Brig. Gen. Lafayette McLaws, commanding the Confederate column advancing on the Maryland side of the Potomac, encountered Ford's troops on the Heights near evening on the 12th, and halted for the night. Kershaw's South Carolina brigade attacked at 6:30 am on the 13th, 150 years ago today. The rebel plan was for Kershaw to attack directly at the Federal breastworks while Barksdale's Mississippi brigade worked around the Union right. At first Ford's green troops held their own. They met Kershaw's attacks from the front, but when the Mississippi troops were seen on their flank, they panicked and ran precipitously off the mountain and across the river, to the supposed safety of the town. With this small force driven back, Miles had lost one of the three keys to the defense of Harper's Ferry. But although his officers pleaded with him to launch a counterattack, he refused. Maryland Heights would remain in Confederate hands.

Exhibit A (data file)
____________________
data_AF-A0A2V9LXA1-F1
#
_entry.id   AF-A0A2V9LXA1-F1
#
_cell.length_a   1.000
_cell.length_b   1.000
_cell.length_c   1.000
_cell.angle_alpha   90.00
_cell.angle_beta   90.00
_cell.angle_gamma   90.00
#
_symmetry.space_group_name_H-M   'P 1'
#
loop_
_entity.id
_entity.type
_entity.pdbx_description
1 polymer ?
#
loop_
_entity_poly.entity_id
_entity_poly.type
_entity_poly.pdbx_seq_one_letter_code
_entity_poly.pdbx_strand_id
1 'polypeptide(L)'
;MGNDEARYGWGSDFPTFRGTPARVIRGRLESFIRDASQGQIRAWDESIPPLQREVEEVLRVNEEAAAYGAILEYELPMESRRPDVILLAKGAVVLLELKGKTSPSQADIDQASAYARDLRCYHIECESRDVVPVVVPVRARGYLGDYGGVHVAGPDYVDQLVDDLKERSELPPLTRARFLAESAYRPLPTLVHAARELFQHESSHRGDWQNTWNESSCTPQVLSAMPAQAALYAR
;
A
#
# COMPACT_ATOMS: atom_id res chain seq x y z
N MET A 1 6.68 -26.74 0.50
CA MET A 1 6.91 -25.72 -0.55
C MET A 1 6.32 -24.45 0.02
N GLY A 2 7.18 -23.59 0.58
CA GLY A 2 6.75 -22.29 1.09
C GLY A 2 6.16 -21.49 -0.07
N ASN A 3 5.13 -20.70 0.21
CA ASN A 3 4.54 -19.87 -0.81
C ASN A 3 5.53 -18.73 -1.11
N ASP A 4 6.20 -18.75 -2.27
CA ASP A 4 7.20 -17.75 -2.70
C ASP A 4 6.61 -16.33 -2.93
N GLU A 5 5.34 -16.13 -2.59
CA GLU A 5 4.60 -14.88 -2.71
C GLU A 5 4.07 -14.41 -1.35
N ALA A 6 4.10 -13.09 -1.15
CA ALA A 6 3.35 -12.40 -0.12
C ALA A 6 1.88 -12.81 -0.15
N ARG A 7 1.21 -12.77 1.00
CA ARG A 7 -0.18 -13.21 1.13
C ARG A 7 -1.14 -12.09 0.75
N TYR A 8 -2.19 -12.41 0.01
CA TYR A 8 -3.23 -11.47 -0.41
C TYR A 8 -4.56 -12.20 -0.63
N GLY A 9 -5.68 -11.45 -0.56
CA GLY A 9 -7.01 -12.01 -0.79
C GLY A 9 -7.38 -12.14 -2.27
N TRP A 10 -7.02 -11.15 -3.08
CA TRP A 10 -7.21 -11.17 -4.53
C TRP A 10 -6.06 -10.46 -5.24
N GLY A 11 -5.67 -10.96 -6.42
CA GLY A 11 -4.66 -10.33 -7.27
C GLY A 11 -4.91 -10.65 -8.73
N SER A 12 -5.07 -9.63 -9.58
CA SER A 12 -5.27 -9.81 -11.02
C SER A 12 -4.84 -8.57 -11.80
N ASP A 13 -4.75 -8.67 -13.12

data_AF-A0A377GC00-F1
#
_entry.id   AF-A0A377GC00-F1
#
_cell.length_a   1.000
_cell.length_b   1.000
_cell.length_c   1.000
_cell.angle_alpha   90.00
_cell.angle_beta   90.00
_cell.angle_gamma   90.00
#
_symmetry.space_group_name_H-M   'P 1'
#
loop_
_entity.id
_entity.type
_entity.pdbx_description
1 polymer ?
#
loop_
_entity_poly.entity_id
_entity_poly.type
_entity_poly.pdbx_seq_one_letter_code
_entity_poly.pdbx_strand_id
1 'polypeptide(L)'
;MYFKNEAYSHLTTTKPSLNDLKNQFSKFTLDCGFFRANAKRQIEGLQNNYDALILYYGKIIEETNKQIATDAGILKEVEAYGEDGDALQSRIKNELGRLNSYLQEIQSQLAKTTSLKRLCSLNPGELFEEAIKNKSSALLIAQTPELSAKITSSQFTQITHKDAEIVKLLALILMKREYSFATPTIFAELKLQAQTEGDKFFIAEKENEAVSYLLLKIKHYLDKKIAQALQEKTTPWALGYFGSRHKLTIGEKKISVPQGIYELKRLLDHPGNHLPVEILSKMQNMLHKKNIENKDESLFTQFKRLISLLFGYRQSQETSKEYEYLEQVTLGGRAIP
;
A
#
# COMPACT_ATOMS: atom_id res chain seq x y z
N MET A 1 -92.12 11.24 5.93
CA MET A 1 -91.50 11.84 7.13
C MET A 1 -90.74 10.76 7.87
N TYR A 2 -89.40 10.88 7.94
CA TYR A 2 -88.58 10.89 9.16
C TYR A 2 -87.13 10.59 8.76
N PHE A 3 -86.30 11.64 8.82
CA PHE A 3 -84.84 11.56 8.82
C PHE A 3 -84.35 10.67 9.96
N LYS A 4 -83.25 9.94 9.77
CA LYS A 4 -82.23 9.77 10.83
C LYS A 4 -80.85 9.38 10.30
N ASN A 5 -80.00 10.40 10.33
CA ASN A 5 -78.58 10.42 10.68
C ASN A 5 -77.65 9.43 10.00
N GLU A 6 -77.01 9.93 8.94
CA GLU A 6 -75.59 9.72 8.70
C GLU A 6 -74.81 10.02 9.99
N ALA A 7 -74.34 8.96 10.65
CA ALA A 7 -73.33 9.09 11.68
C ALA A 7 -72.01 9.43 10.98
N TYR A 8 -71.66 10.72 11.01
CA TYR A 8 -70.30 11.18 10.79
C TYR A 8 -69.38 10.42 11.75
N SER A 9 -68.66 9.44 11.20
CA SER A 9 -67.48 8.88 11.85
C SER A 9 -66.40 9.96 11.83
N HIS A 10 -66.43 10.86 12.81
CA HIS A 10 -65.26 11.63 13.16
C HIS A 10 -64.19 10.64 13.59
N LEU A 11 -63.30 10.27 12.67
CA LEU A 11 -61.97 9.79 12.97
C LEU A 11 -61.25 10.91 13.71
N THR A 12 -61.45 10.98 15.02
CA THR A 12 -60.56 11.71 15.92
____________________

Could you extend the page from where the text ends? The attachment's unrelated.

|Harper's Ferry with Maryland Heights on the left and Loudon Heights on the right|
|Harper's Ferry from Maryland Heights|
Miles continued to reject proposals to retake Maryland Heights. He put his troops in position opposite Jackson on Bolivar Heights, and told his subordinates, "I am ordered to hold this place and God ---- my soul to hell if I don't." He did, however, send out 10 cavalry troops which found McClellan and informed him of the situation at Harper's Ferry. McClellan had what he needed to out general Lee – Special Order 191, the Lost Order. He assured Miles,
"You may count on our making every effort to relieve you. You may rely upon my speedily accomplishing that object. Hold out to the last extremity. If it is possible, re-occupy the Maryland heights with your whole force."This order would never arrive, for before a courier could find a way in to beleaguered Harper's Ferry, the town would fall to the rebels.